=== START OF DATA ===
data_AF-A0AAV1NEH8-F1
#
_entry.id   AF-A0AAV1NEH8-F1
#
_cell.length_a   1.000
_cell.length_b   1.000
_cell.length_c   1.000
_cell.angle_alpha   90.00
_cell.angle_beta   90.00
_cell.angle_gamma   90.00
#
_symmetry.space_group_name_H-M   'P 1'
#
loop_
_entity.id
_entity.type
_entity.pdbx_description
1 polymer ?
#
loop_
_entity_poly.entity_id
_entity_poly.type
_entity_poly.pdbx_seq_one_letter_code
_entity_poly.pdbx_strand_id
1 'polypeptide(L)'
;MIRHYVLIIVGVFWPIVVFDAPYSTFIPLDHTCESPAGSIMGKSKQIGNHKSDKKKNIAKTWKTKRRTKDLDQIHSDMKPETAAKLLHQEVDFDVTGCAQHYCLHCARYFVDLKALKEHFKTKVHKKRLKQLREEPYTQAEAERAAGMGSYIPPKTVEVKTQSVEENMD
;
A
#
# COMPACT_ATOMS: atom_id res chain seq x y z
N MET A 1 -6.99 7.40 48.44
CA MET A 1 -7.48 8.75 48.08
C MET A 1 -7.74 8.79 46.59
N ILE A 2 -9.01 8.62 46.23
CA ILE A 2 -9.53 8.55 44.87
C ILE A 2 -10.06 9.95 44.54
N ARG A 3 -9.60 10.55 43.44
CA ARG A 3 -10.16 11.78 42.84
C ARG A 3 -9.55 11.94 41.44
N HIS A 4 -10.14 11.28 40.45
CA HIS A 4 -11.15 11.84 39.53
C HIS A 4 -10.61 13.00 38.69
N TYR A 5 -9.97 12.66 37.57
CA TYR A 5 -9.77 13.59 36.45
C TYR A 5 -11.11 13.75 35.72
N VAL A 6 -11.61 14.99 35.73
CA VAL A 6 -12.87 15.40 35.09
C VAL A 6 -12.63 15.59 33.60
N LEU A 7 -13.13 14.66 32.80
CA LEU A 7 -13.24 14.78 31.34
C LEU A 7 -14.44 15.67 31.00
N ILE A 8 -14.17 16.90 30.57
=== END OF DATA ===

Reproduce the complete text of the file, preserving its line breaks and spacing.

data_AF-A0AAV1NEH8-F1
#
_entry.id   AF-A0AAV1NEH8-F1
#
_cell.length_a   1.000
_cell.length_b   1.000
_cell.length_c   1.000
_cell.angle_alpha   90.00
_cell.angle_beta   90.00
_cell.angle_gamma   90.00
#
_symmetry.space_group_name_H-M   'P 1'
#
loop_
_entity.id
_entity.type
_entity.pdbx_description
1 polymer ?
#
loop_
_entity_poly.entity_id
_entity_poly.type
_entity_poly.pdbx_seq_one_letter_code
_entity_poly.pdbx_strand_id
1 'polypeptide(L)'
;MIRHYVLIIVGVFWPIVVFDAPYSTFIPLDHTCESPAGSIMGKSKQIGNHKSDKKKNIAKTWKTKRRTKDLDQIHSDMKPETAAKLLHQEVDFDVTGCAQHYCLHCARYFVDLKALKEHFKTKVHKKRLKQLREEPYTQAEAERAAGMGSYIPPKTVEVKTQSVEENMD
;
A
#
# COMPACT_ATOMS: atom_id res chain seq x y z
N MET A 1 -6.99 7.40 48.44
CA MET A 1 -7.48 8.75 48.08
C MET A 1 -7.74 8.79 46.59
N ILE A 2 -9.01 8.62 46.23
CA ILE A 2 -9.53 8.55 44.87
C ILE A 2 -10.06 9.95 44.54
N ARG A 3 -9.60 10.55 43.44
CA ARG A 3 -10.16 11.78 42.84
C ARG A 3 -9.55 11.94 41.44
N HIS A 4 -10.14 11.28 40.45
CA HIS A 4 -11.15 11.84 39.53
C HIS A 4 -10.61 13.00 38.69
N TYR A 5 -9.97 12.66 37.57
CA TYR A 5 -9.77 13.59 36.45
C TYR A 5 -11.11 13.75 35.72
N VAL A 6 -11.61 14.99 35.73
CA VAL A 6 -12.87 15.40 35.09
C VAL A 6 -12.63 15.59 33.60
N LEU A 7 -13.13 14.66 32.80
CA LEU A 7 -13.24 14.78 31.34
C LEU A 7 -14.44 15.67 31.00
N ILE A 8 -14.17 16.90 30.57